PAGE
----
Mobile phone giant Nokia declared an intellectual property war against Apple today, alleging the iPhone infringes on 10 patents relating to wireless technologies and standards.
Of course, the lawsuit has nothing to do with Nokia losing smartphone market share to Apple, as the chart from AdMob indicates (Nokia owns Symbian OS), and the legal action couldn’t possibly have anything to do with Nokia’s latest earnings report. Last quarter, the mobile phone maker lost $832 million, sales declining 20 percent year over year. No, Nokia is going after Apple on “principle.”
The patents in question relate to GSM, UMTS, and wireless LAN standards covering “wireless data, speech coding, security and encryption.” Nokia states that more than 40 companies have entered into licensing agreements, but not “unprincipled” Apple.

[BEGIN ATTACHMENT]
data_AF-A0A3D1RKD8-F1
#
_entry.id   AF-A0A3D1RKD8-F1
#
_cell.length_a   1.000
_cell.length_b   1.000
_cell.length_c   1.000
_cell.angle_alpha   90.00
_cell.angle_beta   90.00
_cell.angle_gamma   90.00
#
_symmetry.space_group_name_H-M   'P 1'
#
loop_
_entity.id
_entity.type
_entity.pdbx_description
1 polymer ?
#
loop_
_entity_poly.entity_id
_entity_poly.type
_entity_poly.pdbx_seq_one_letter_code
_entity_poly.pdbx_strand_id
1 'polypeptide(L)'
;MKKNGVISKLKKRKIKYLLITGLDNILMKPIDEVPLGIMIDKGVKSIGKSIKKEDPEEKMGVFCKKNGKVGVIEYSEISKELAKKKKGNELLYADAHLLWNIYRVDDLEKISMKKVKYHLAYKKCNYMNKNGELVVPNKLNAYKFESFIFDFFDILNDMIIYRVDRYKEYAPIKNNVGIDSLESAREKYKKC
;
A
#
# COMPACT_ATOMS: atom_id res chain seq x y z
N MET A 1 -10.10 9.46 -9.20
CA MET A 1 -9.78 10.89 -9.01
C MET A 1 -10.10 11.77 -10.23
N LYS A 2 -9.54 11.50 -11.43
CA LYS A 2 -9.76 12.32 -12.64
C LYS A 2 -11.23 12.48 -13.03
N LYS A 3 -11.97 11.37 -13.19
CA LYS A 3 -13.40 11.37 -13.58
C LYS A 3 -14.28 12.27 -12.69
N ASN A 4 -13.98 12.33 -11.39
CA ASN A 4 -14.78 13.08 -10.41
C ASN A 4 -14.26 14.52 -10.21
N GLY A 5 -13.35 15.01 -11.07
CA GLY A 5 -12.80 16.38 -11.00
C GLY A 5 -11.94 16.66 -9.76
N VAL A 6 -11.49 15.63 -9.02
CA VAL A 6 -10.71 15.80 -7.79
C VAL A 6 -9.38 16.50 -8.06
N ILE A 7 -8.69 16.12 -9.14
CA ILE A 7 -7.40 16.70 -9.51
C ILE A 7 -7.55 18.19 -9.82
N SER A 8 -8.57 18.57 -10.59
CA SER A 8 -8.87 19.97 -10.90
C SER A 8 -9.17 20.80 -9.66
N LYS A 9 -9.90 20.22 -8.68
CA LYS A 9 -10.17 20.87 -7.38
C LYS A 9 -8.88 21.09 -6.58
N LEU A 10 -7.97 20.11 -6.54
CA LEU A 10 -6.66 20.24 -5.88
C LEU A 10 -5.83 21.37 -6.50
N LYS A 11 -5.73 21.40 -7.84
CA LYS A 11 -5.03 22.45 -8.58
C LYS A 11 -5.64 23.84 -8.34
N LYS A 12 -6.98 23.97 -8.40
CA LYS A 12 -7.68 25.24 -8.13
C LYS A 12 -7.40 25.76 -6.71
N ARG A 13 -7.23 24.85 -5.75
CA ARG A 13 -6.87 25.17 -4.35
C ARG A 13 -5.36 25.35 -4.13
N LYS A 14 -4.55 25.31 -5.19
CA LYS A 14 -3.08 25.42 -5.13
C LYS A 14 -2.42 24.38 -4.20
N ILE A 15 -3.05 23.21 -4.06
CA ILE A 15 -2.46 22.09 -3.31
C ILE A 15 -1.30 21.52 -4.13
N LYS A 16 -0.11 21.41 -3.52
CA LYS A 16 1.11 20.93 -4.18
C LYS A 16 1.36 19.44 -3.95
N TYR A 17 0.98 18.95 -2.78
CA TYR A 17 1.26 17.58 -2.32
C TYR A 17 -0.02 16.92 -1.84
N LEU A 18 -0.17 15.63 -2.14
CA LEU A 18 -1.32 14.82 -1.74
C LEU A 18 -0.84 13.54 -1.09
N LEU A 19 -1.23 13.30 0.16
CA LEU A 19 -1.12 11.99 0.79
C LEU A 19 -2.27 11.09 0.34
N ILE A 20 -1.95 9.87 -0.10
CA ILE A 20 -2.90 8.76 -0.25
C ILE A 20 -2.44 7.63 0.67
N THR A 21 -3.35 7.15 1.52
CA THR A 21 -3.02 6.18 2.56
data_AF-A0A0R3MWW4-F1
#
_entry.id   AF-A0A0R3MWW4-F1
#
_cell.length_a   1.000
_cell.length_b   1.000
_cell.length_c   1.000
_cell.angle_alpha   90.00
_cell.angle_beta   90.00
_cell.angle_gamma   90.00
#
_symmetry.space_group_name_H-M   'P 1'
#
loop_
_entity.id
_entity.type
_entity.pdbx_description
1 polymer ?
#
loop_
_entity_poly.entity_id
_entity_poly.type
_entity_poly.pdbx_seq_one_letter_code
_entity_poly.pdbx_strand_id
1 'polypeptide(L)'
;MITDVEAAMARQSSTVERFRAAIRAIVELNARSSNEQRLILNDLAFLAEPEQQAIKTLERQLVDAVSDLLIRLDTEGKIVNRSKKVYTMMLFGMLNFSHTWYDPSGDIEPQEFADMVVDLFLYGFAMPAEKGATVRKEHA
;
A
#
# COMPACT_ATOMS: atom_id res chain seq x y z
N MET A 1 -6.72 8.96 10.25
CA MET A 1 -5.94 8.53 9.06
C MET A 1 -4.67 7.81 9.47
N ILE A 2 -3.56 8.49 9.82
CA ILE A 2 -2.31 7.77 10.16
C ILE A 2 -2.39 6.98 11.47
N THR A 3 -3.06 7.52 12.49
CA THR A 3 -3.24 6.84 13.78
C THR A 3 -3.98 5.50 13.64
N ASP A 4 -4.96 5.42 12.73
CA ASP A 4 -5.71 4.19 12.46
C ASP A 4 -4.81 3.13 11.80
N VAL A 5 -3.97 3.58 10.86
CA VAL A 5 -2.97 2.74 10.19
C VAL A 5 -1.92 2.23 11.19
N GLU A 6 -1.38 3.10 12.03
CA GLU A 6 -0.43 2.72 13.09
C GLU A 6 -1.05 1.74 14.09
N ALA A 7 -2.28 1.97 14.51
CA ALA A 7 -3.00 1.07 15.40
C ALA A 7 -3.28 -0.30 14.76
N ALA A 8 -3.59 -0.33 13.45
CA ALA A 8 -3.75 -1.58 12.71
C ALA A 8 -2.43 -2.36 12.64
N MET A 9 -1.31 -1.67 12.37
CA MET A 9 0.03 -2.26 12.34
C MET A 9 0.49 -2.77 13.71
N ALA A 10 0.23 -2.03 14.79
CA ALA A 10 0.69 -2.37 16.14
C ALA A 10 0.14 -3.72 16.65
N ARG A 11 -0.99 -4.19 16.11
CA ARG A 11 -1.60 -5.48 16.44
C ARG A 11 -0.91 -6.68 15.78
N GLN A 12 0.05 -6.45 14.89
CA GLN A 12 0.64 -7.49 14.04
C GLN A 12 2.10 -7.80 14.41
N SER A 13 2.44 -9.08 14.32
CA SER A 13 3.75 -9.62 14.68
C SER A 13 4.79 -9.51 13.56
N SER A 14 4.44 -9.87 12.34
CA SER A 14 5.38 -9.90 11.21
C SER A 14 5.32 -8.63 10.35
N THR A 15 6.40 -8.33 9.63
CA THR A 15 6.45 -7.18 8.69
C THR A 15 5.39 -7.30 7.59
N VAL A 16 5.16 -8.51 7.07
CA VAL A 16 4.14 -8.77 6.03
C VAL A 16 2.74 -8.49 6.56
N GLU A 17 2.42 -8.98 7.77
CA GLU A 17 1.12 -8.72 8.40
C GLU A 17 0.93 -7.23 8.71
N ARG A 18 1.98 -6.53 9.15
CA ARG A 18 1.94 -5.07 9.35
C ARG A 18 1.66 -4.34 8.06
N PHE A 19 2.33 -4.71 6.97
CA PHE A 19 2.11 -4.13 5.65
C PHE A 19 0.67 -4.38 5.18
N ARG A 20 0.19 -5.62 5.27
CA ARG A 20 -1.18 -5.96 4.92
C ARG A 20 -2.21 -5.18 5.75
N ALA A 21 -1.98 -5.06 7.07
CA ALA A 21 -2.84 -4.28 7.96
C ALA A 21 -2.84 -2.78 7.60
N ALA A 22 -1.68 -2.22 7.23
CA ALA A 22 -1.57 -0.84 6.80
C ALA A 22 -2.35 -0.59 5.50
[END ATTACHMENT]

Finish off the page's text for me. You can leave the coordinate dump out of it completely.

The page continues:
According to Ilkka Rahnasto, VP of Legal & Intellectual Property at Nokia, it is a “basic principle” in the industry that those contributing to technological development be compensated. Apple is “attempting to get a free ride on the back of Nokia’s innovation.” Supposedly, every iPhone introduced since 2007 uses technology that infringes on Nokia patents.
Considering Nokia didn’t sue Apple in 2007 and seek an injunction to stop the iPhone from being sold, it’s likely this lawsuit is a way of moving stalled royalty negotiations forward. Apple will probably settle. A guess of $10 per iPhone in royalties would be $210 million to date, not an insignificant amount, and a little less profit off each iPhone going forward, but someone has to help Nokia innovate.